Hall of Famer Kevin McHale, who also has been on both ends of halftime speeches, said: "It can be a yeller-screamer like Bill Fitch was early in my career. Like Chris said, he's screaming and yelling and he kicks the board and puts his foot in the board and gets stuck. Man, you just start laughing."
McHale recalled K.C. Jones, whose even-keel temperament followed Fitch's firey style in Boston, taking the opposite approach. "We were playing just terrible," McHale said. "He came in really late -- the halftime went on and on on, and we just sat in there -- and K.C. just walked in, looked at us and said, 'You guys suck!' And walked out. We all looked at each other like, 'Oh man!' For K.C. to say that? 'Oh man! We'd better play better, because K.C. is really mad!' "
Mad still works today, but it can't be an 82-game thing. Minnesota's Kurt Rambis prides himself on being a teacher, but apparently can let 'er rip in certain stressed-out times. Like Saturday, when Minnesota was losing to New Jersey.
"If I had $100 for every four-letter word he said, I'd be a rich man," forward Kevin Love said of Rambis' rant.
Said McHale: "[Players get] upset too. But as a coach, you do kind of lose your mind. Then you look around, you look at all the players and you think, 'I'm just entertaining you more than anything else. I've got to get back into some specific basketball things to give you.' "
When it comes to making halftime sessions less enthralling to a general audience, it seems, the stifling effects of the camera and microphone are minor compared to the basketball demands of addressing Xs and Os.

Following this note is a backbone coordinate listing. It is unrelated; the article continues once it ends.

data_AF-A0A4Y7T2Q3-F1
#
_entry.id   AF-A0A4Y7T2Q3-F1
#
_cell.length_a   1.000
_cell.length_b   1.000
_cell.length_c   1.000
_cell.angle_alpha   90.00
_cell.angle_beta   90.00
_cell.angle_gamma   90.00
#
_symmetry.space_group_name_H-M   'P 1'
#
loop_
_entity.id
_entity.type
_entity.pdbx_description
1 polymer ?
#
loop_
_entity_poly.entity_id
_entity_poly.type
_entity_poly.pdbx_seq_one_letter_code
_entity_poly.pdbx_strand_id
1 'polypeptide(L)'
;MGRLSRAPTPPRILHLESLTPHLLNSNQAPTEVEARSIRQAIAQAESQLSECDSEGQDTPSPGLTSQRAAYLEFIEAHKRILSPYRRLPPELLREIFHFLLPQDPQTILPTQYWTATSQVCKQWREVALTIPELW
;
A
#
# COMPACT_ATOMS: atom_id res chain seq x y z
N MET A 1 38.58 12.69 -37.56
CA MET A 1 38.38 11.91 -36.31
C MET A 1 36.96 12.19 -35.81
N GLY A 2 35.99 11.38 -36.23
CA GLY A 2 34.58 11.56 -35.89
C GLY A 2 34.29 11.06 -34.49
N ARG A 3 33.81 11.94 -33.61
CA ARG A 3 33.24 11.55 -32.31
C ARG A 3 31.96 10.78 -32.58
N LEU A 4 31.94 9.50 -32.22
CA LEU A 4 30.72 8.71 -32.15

When the Golden State Warriors recently found themselves down 66-38 at the half in Chicago, coach Keith Smart had to focus on adjustments to prevent Luol Deng and Derrick Rose from doubling the 21 and 18 points they already had scored in 24 minutes. "I got into them a little bit because two of their guys had career nights in the first half," Smart said afterward. His staff's instructions helped -- the Warriors stayed close in the second half -- but they still lost 120-90.
The leaks that night were too many and too big.
"Red Auerbach used to say you can only make one or two adjustments in a timeout or at halftime," McHale said. "I do remember a lot of coaches I played for coming in and saying, 'Hey, we've got to rebound a heck of a lot better and we've got to quit turning the ball over.' And you went out and did those things and you won.
"If you're trying to re-design the wheel at halftime you've got all kinds of issues."
Same goes for yelling, screaming and kicking at that wheel.
The views on this page do not necessarily reflect the views of the NBA, its clubs or Turner Broadcasting.